“While the government is happy to keep paying the JobKeeper payments until September, I believe we will see a significant spike in unemployment when they stop, given that we cannot keep increasing our debt to stimulate the economy. But what is even more concerning is that the average household has very little savings and, as such, there is very little wiggle room if the government does stop paying the JobKeeper payments. When this occurs, we will not only see a spike in unemployment but also a spike in mortgage defaults.

“As a country, if we cannot get back to where we were pre-COVID-19 quickly, then there will be a significant strain on an already overloaded welfare system, as businesses close and unemployment increases.”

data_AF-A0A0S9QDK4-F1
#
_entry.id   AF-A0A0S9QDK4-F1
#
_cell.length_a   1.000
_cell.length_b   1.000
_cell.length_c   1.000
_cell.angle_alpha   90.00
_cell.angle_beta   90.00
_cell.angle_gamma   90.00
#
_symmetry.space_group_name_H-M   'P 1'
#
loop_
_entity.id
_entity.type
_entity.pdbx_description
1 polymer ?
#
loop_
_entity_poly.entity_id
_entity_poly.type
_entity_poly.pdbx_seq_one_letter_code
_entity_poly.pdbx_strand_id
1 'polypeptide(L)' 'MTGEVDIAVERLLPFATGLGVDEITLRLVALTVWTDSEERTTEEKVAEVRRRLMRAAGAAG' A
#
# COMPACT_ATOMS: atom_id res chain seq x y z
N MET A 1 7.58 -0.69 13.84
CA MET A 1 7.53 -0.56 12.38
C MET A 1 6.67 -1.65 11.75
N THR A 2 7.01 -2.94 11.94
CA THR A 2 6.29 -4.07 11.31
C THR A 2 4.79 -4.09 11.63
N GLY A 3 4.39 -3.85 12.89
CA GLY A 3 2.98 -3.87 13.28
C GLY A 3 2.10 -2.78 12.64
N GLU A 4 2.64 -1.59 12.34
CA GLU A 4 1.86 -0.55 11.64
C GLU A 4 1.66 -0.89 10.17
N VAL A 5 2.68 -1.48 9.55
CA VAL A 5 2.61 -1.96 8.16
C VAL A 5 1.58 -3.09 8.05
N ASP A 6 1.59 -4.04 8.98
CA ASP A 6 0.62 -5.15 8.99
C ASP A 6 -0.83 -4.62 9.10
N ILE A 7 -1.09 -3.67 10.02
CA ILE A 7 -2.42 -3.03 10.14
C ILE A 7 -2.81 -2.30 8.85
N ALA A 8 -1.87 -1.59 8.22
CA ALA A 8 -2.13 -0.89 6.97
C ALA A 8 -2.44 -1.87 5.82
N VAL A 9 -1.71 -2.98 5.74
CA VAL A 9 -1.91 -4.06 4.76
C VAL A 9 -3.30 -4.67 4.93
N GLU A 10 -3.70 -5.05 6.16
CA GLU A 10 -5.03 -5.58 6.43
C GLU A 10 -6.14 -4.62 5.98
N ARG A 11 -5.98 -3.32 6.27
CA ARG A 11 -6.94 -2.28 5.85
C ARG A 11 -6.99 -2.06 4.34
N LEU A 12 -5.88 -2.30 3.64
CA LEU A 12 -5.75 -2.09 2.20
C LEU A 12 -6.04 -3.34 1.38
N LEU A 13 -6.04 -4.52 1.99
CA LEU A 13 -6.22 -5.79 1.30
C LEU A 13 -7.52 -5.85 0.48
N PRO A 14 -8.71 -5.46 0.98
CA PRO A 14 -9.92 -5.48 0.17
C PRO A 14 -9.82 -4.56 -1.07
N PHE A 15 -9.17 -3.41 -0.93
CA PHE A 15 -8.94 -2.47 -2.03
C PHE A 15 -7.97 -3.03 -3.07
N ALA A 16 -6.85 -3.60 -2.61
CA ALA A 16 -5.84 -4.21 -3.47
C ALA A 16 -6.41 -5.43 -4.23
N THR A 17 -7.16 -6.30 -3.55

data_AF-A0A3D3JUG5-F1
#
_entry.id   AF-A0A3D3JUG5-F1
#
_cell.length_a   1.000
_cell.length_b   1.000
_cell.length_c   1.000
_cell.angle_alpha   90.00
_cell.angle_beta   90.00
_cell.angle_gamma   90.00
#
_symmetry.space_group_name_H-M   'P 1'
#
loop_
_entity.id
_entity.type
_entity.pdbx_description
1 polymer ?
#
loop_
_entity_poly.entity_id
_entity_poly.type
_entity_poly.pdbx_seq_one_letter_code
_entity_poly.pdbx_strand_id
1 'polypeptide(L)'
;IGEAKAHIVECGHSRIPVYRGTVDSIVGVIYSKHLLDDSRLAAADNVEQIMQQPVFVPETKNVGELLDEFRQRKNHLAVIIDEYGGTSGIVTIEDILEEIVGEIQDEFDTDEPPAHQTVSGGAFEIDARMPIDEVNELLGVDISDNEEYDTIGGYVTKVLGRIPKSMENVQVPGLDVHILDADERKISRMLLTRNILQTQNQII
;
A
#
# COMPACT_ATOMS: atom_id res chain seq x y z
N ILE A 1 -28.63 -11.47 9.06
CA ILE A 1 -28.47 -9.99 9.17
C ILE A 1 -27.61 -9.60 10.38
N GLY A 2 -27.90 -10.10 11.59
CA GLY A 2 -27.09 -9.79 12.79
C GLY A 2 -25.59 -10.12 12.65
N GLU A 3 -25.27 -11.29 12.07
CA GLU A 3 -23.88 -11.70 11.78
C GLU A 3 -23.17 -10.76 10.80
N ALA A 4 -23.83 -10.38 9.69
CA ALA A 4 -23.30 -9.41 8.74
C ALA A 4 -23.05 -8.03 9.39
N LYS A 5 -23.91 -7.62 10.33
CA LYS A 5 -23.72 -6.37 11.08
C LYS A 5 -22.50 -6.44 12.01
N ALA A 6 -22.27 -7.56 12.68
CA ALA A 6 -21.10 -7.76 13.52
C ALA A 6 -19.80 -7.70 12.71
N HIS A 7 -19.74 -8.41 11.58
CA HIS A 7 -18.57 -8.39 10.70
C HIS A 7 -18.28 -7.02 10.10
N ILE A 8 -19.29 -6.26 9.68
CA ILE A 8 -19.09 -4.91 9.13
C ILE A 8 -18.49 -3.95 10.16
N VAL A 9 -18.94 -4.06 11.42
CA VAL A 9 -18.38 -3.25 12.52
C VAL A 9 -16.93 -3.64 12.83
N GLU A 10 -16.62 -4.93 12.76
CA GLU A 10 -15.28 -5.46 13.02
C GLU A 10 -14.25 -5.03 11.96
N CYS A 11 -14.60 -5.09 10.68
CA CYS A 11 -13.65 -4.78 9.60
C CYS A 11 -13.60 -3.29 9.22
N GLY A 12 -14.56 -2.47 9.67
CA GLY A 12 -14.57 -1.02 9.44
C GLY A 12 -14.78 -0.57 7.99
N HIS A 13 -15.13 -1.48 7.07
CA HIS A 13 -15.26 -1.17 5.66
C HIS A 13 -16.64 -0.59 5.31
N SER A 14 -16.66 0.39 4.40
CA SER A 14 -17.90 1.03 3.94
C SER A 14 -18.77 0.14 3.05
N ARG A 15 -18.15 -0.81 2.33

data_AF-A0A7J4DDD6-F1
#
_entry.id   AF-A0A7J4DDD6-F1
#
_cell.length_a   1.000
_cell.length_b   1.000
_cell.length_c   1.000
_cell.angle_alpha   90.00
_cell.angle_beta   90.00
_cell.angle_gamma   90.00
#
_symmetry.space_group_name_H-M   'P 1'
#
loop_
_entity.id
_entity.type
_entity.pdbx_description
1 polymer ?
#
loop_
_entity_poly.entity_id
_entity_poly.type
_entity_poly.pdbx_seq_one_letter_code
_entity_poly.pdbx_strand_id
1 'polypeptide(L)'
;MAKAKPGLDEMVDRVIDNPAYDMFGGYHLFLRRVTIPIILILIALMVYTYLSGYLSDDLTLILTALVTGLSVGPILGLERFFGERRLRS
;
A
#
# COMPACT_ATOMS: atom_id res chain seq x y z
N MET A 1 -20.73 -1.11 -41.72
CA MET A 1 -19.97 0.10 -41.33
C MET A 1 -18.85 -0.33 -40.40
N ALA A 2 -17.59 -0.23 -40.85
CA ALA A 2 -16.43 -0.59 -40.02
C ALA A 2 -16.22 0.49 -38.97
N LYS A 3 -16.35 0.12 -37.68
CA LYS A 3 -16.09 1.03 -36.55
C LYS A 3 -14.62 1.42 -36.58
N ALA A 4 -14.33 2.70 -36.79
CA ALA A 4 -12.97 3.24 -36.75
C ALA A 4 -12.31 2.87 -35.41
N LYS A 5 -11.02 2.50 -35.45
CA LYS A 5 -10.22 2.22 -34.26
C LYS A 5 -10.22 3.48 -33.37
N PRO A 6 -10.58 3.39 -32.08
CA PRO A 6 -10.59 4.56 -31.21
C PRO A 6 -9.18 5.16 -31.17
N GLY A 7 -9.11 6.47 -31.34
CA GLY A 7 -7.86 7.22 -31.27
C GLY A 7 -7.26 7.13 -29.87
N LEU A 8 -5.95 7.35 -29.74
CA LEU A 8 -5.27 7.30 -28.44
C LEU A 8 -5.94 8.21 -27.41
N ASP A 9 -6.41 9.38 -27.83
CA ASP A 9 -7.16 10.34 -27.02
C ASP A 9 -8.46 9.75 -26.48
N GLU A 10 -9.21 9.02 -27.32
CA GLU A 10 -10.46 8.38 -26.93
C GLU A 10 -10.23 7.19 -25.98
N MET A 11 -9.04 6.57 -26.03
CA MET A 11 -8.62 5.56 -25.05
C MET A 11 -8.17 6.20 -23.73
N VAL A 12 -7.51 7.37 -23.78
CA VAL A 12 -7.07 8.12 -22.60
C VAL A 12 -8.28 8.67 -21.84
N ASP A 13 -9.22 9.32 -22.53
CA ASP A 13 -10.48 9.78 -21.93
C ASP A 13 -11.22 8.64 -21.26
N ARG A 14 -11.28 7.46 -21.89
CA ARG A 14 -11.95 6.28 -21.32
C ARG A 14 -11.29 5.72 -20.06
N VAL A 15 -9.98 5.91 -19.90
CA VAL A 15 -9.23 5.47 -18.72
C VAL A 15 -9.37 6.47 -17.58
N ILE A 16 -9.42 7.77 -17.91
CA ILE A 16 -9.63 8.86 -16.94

The other major event was the revelation that Australia is under cyberattack by a "a sophisticated state-based cyber actor".

On Friday, Prime Minister Scott Morrison revealed all levels of Australian government, critical infrastructure and the private sector are being targeted.

"This activity is targeting Australian organisations across a range of sectors, including all levels of government, industry, political organisations, education, health, essential service providers, and operators of other critical infrastructure," Mr Morrison said.

"What I simply can confirm is there are not a large number of state-based actors that can engage in this type of activity, and it is clear based on the advice that we have received that this has been done by a state-based actor.”

"With very, very significant capabilities."